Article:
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  • Castro, Victor M, et al. (författare)
  • Differences among human tumor cell lines in the expression of glutathione transferases and other glutathione-linked enzymes
  • 1990
  • Ingår i: Carcinogenesis. - Oxford University Press. - 0143-3334. ; 11:9, s. 1569-1576
  • Tidskriftsartikel (refereegranskat)abstract
    • A large number of human tumor cell lines of various origins have been investigated with respect to expression of glutathione-linked enzymes in the cytosol fraction. The amounts of the different enzymes were estimated by use of activity measurements and by silver staining or immunoblot analysis after electrophoresis of cytosol fractions purified by affinity chromatography on S-hexylglutathione Sepharose. Class Pi glutathione transferase was the most abundant enzyme in most tumor cells; the cell lines HepG2 and Raji were exceptions in not expressing significant amounts of this enzyme. HepG2 cells derive from hepatocytes, which normally do not express the class Pi enzyme, whereas Raji cells originate from B-lymphocytes, which normally do express a class Pi glutathione transferase. The highest level of the class Pi transferase, in terms of protein reacting with antibodies as well as enzyme activity, was noted in the colon carcinoma cell line LS174T. Hu549Pat cells, EBV-transformed B-lymphocytes, also expressed high levels of a protein reacting with antibodies specific for class Pi glutathione transferases, but did not display any significant activity with ethacrynic acid, a substrate characteristic for this class. Class Alpha and class Mu glutathione transferases, in cell lines expressing these isoenzymes, were present in significantly lower concentrations than the class Pi enzyme. Most of the tumor cells contained a class Alpha transferase composed of 27.5 kd subunits, which has the physicochemical and immunological properties of the most basic glutathione transferase found in human skin. In several cell lines, a protein was detected with an apparent subunit Mr value of 30 kd that was tentatively identified as an additional class Alpha glutathione transferase not previously described. In addition, other glutathione-linked enzyme activities, namely glutathione peroxidase, glutathione reductase and glyoxalase I, were assayed with specific substrates in the cytosolic fraction of the tumor cells; glyoxalase I could also be estimated semiquantitatively by silver staining of SDS-PAGE cells after affinity chromatography. Like the glutathione transferases, these enzymes displayed distinctly different levels of expression in the various cell lines. Thus, virtually every cell line was found to have a unique pattern of glutathione-linked enzymes, suggesting that the resistance phenotypes of the cells differ accordingly.
  • Chen, Dan, et al. (författare)
  • Analysis of the genetic architecture of susceptibility to cervical cancer indicates that common SNPs explain a large proportion of the heritability
  • 2015
  • Ingår i: Carcinogenesis. - 0143-3334 .- 1460-2180. ; 36:9, s. 992-998
  • Tidskriftsartikel (refereegranskat)abstract
    • The genetic architecture of susceptibility to cervical cancer is not well-understood. By using a genome-wide association study (GWAS) of 1034 cervical cancer patients and 3948 controls with 632 668 single-nucleotide polymorphisms (SNPs), we estimated that 24.0% [standard error (SE) = 5.9%, P = 3.19 x 10(-6)] of variation in liability to cervical cancer is captured by autosomal SNPs, a bit lower than the heritability estimated from family study (27.0%), suggesting that a substantial proportion of the heritability is tagged by common SNPs. The remaining missing heritability most probably reflects incomplete linkage disequilibrium between causal variants and the genotyped SNPs. The variance explained by each chromosome is not related to its length (R-2 = 0.020, P = 0.516). Published genome-wide significant variants only explain 2.1% (SE = 1.5%, P = 0) of phenotypic variance, which reveals that most of the heritability has not been detected, presumably due to small individual effects. Another 2.1% (SE = 1.1%, P = 0.013) of variation is attributable to biological pathways associated with risk of cervical cancer, supporting that pathway analysis can identify part of the hidden heritability. Except for human leukocyte antigen genes and MHC class I polypeptide-related sequence A (MICA), none of the 82 candidate genes/regions reported in other association studies contributes to the heritability of cervical cancer in our dataset. This study shows that risk of cervical cancer is influenced by many common germline genetic variants of small effects. The findings are important for further study design to identify the hiding heritability that has not yet been revealed. More susceptibility loci are yet to be found in GWASs with higher power.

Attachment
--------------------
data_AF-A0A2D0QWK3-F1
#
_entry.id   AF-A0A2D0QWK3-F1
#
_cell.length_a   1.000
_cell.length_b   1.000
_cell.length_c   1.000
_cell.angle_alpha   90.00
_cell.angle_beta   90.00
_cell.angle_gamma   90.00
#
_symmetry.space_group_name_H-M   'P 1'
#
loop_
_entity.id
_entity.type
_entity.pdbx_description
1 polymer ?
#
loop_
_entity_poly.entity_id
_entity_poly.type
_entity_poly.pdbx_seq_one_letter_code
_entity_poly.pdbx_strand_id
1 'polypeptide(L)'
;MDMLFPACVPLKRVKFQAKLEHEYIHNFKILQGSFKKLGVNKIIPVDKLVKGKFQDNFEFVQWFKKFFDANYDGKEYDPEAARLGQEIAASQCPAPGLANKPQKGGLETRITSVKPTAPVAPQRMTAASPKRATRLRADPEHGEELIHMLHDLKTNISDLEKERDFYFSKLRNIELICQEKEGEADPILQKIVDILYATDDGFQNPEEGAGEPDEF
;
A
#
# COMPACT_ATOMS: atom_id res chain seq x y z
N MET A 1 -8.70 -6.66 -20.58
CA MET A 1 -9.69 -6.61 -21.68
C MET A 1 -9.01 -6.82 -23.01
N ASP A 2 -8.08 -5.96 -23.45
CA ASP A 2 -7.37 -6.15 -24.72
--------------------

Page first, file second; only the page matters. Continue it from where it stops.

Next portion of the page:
• Chen, Dan, et al. (författare)
  • MICA polymorphism biology and importance in cancer
  • 2014
  • Ingår i: Carcinogenesis. - 0143-3334 .- 1460-2180. ; 35:12, s. 2633-2642
  • Forskningsöversikt (övrigt vetenskapligt)abstract
    • The major histocompatibility complex class I polypeptide-related sequence A gene (MICA) encodes a membrane-bound protein acting as a ligand to stimulate an activating receptor, NKG2D, expressed on the surface of essentially all human natural killer (NK), γδ T and CD8(+) αβ T cells. MICA protein is absent from most cells but can be induced by infections and oncogenic transformation and is frequently expressed in epithelial tumors. Upon binding to MICA, NKG2D activates cytolytic responses of NK and γδ T cells against infected and tumor cells expressing MICA. Therefore, membrane-bound MICA acts as a signal during the early immune response against infection or spontaneously arising tumors. On the other hand, human tumor cells spontaneously release a soluble form of MICA, causing the downregulation of NKG2D and in turn severe impairment of the antitumor immune response of NK and CD8(+) T cells. This is considered to promote tumor immune evasion and also to compromise host resistance to infections. MICA is the most polymorphic non-classical class I gene. A possible association of MICA polymorphism with genetic predisposition to different cancer types has been investigated in candidate gene-based studies. Two genome-wide association studies have identified loci in MICA that influence susceptibility to cervical neoplasia and hepatitis C virus-induced hepatocellular carcinoma, respectively. Given the current level of interest in the field of MICA gene, we discuss the genetics and biology of the MICA gene and the role of its polymorphism in cancer. Gaps in our understanding and future research needs are also discussed.